On Dennis Cooper's list of favorite things in 2009—which I hadn't exactly thought of as a useful resource for mainstream commercial entertainment—I was surprised to discover that his movie roster included "Harry Potter and the Half-Blood Prince," trailing at number ten behind several hard-to-get independent and French films. I'm not sure why Dennis liked the Potter film, and would probably fear to ask, but having ordered it up from Netflix for my Christmas entertainments, I did feel qualified to concur with his approval.
Roger Ebert felt the film was sort of ok for reasons left unexplained; Anthony Lane of the New Yorker didn't like it at all; Philip French of the Guardian and other critics could find nothing more useful to do than titter over the tentative sexual advances of the now pubescent teenage principals—don't you get the impression at times that movie reviewers never really look at the movies they are reviewing?
The real shortcoming of the film, namely that the same principals are now grown up and really aren't very interesting people and certainly haven't matured into any proficiency at acting, seems to have gone unremarked. The only halfways fleshed-out performance was that of old DumbleBore, whose demise was not particularly regretted, at least not by me. (Let's hope he embraced it definitively and won't re-appear in the next sequel, like Gandalf, who re-emerged from certain destruction in Part Two of Lord of the Rings.)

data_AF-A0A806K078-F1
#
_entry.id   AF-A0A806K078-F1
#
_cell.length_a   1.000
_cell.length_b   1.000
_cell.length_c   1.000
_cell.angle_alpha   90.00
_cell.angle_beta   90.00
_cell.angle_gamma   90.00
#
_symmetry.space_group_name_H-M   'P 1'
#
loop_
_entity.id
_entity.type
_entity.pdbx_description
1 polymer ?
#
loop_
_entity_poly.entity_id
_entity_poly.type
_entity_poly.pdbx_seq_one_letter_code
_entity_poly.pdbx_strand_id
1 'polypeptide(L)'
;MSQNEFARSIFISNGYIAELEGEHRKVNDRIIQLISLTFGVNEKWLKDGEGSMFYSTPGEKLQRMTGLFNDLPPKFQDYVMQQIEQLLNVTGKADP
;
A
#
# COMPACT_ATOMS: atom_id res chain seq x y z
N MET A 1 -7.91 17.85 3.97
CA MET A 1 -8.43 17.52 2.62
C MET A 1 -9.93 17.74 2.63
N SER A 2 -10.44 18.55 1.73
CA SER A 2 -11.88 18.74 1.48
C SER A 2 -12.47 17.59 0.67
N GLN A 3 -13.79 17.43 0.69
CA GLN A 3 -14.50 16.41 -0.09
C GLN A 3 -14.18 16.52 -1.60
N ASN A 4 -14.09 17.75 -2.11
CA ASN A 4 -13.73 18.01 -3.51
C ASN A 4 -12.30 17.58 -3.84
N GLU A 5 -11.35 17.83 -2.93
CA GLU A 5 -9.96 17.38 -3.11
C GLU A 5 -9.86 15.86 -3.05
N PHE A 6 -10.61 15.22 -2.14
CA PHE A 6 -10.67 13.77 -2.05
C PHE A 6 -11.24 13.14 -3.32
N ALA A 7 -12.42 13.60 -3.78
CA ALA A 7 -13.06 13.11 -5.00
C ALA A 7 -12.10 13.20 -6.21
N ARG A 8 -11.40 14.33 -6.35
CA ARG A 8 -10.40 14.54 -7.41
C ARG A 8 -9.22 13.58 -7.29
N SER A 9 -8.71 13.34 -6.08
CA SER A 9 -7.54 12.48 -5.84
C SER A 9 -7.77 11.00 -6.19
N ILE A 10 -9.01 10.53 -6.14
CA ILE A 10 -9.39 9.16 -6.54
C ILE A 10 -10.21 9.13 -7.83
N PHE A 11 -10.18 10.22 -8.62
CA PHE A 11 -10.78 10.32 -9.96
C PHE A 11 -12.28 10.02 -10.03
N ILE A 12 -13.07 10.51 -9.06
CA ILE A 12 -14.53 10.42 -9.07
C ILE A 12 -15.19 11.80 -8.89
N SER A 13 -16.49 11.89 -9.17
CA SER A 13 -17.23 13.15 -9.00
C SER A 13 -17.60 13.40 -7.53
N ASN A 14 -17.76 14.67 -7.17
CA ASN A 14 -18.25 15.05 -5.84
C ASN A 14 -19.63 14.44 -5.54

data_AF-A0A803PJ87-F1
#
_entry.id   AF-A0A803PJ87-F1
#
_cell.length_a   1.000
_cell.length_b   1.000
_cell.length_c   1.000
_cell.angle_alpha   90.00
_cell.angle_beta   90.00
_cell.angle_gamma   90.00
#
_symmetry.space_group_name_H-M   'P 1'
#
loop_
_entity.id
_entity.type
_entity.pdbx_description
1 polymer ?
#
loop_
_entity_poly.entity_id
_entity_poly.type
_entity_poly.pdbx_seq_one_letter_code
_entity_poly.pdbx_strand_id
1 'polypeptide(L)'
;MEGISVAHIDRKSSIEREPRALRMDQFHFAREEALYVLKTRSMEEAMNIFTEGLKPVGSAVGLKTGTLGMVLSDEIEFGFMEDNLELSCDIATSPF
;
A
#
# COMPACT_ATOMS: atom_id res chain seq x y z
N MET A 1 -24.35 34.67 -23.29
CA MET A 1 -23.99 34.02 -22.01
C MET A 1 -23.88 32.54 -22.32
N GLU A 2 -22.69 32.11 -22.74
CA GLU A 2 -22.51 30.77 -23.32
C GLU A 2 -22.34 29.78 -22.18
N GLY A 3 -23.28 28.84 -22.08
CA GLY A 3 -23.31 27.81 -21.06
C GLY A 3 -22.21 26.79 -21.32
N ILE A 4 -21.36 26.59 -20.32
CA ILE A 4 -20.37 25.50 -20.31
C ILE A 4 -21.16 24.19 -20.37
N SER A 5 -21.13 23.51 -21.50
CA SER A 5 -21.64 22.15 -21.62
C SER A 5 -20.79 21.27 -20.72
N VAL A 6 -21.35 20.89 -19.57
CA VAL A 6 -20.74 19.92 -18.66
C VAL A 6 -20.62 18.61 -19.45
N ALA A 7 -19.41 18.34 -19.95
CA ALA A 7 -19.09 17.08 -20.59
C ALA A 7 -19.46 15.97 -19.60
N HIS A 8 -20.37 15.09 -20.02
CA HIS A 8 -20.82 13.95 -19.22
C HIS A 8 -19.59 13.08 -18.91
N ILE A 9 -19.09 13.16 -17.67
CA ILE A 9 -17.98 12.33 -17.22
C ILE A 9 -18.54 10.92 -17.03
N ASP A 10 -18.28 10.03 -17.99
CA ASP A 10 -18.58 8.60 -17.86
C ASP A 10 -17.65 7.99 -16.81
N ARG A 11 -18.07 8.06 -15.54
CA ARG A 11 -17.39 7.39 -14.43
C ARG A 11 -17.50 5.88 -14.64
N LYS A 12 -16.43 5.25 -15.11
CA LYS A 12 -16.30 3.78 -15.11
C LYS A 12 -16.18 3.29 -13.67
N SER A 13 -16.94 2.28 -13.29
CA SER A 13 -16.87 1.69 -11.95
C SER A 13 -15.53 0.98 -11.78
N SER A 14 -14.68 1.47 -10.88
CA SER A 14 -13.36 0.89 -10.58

So why is Harry Potter and the Half-Blood Prince an interesting movie? Because it demonstrates the conversion of a children's phantasy story into a full-blown Gothic novel. Take Horace Walpole's Castle of Otranto, mash it up with Anne Radcliffe's Mysteries of Udolpho, and throw in some stock characters and paraphernalia of Gothic fiction to include madwomen, sorcerers, monsters, demons, villains, revenants, maniacs, dark caves, magic amulets, ghosts, Byronic heroes (= Harry), and whatever the hell else, and you're right back there in the 1820's, ready for business. Quidditch notwithstanding, the film's wonderfully designed Gothic interiors, and the new, expressionistically re-designed battlements of Hogwarts' towers, leave no doubt that the future for Harry Potter lies two centuries back in the past.